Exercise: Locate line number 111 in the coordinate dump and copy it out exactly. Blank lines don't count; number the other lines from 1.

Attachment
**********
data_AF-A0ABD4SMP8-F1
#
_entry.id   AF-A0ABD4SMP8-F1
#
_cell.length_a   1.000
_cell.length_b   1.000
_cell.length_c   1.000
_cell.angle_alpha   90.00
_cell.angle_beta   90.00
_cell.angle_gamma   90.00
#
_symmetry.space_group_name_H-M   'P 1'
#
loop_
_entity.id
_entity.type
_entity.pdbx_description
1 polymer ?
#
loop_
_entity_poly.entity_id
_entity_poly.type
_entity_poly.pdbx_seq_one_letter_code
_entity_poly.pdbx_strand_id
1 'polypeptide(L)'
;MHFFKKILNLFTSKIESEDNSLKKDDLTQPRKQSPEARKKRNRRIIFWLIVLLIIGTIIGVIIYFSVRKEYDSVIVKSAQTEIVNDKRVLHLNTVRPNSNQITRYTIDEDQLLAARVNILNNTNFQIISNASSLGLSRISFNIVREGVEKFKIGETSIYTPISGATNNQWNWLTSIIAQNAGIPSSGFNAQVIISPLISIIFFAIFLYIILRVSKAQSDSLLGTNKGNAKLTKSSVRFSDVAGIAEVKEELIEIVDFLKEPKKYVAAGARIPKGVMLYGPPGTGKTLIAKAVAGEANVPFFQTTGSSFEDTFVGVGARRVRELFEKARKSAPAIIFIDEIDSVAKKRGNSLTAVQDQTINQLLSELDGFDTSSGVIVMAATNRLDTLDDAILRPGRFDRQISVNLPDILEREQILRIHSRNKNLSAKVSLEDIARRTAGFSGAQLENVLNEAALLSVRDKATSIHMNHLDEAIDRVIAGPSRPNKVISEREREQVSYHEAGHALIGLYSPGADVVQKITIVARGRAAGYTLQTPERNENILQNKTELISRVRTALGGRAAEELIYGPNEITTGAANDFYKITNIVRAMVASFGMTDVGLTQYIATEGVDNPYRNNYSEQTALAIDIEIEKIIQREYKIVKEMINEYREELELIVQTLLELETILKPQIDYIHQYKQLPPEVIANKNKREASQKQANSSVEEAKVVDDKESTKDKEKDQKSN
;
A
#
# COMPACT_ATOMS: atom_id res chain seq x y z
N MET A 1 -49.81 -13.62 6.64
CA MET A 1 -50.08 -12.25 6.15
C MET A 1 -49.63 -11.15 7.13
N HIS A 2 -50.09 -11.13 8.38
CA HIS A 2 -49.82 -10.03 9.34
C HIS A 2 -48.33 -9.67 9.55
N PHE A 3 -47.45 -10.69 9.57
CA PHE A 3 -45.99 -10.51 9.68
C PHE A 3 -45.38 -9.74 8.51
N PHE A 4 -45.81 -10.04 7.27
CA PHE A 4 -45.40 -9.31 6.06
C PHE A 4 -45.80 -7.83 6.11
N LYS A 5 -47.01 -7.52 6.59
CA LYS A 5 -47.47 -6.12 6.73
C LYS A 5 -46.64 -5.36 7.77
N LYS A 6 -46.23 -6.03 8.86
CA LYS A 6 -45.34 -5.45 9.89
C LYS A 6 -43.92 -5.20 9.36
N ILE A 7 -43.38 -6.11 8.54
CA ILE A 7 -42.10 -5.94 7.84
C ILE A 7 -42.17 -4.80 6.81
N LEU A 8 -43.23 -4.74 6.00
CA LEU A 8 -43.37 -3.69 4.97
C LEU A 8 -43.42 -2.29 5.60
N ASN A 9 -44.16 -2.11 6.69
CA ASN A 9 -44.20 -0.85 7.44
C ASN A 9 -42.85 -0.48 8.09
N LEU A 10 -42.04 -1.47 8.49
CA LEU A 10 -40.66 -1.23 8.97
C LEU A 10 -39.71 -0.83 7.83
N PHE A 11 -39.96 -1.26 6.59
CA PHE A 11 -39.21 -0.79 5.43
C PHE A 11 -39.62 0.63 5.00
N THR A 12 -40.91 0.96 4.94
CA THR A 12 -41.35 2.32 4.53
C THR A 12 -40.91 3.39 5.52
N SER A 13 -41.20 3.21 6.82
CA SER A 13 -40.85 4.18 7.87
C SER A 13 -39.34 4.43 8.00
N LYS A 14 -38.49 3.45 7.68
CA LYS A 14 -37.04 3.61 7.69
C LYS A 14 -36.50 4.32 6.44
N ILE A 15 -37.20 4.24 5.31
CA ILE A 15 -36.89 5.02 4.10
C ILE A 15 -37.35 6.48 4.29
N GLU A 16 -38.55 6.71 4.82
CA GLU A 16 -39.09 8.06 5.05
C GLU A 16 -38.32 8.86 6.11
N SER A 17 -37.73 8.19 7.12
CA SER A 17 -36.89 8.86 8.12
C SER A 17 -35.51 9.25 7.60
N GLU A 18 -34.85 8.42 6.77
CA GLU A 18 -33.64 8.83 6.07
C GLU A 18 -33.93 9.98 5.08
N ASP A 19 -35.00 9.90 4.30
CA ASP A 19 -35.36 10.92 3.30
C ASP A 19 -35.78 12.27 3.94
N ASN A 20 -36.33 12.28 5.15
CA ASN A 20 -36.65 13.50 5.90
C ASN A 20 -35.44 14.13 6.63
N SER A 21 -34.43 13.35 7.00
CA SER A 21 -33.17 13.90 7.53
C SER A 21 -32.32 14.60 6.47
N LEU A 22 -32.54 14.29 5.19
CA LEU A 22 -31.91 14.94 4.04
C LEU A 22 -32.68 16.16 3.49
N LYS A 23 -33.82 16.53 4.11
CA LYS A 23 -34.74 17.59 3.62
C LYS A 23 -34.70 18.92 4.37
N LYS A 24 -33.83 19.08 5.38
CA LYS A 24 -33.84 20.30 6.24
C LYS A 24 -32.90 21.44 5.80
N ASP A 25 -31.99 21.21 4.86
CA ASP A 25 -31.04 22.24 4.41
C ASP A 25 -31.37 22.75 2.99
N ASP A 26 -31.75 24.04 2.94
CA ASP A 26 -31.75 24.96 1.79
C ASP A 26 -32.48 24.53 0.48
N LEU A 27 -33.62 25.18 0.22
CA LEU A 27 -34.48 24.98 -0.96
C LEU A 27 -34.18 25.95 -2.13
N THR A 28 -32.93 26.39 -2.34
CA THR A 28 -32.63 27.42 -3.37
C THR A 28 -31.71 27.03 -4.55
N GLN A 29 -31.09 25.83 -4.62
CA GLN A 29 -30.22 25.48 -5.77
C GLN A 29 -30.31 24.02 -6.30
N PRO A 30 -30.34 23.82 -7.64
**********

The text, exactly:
C LEU A 27 -34.18 25.95 -2.13